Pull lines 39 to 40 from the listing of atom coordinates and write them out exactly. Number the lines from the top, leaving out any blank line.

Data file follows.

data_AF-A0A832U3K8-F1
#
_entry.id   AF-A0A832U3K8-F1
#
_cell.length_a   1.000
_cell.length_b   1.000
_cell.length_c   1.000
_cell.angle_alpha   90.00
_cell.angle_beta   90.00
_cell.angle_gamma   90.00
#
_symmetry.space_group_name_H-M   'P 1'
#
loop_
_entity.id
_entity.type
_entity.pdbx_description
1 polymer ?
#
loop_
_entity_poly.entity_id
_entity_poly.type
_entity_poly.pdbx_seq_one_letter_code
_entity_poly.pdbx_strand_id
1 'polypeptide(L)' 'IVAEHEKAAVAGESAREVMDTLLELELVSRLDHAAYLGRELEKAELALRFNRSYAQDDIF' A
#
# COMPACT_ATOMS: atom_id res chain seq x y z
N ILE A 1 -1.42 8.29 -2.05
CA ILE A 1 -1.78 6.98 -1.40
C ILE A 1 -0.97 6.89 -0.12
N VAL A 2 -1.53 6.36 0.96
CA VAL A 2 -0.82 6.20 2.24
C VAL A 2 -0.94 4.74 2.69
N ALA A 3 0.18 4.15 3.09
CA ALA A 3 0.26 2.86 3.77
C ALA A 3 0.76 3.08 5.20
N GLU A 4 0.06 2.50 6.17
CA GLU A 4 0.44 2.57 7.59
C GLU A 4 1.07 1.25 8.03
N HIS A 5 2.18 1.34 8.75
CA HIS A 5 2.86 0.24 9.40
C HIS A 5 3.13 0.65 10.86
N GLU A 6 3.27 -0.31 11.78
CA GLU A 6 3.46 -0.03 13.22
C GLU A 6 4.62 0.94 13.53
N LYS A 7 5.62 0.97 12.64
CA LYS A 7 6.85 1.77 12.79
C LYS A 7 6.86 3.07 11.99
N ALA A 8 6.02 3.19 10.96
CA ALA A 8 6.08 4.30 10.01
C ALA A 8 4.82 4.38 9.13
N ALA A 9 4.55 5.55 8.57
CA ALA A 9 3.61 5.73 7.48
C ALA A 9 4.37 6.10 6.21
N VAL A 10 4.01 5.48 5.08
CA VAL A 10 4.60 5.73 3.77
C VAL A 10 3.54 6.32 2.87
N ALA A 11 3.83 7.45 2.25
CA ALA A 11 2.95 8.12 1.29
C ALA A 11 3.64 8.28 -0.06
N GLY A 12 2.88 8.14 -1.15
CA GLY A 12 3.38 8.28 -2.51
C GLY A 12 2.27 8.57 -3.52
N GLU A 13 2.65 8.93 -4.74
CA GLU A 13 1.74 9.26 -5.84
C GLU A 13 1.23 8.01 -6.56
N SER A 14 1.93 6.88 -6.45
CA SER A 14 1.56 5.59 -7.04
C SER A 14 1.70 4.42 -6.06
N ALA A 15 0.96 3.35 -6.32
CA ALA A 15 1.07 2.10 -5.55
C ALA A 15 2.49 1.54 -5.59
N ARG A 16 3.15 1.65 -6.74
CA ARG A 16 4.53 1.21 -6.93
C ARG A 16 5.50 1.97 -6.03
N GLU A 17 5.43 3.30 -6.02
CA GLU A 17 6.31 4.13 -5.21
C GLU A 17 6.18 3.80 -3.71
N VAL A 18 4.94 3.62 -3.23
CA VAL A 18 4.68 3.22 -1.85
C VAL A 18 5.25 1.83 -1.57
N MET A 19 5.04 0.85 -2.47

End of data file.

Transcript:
C GLU A 4 1.07 1.25 8.03
N HIS A 5 2.18 1.34 8.75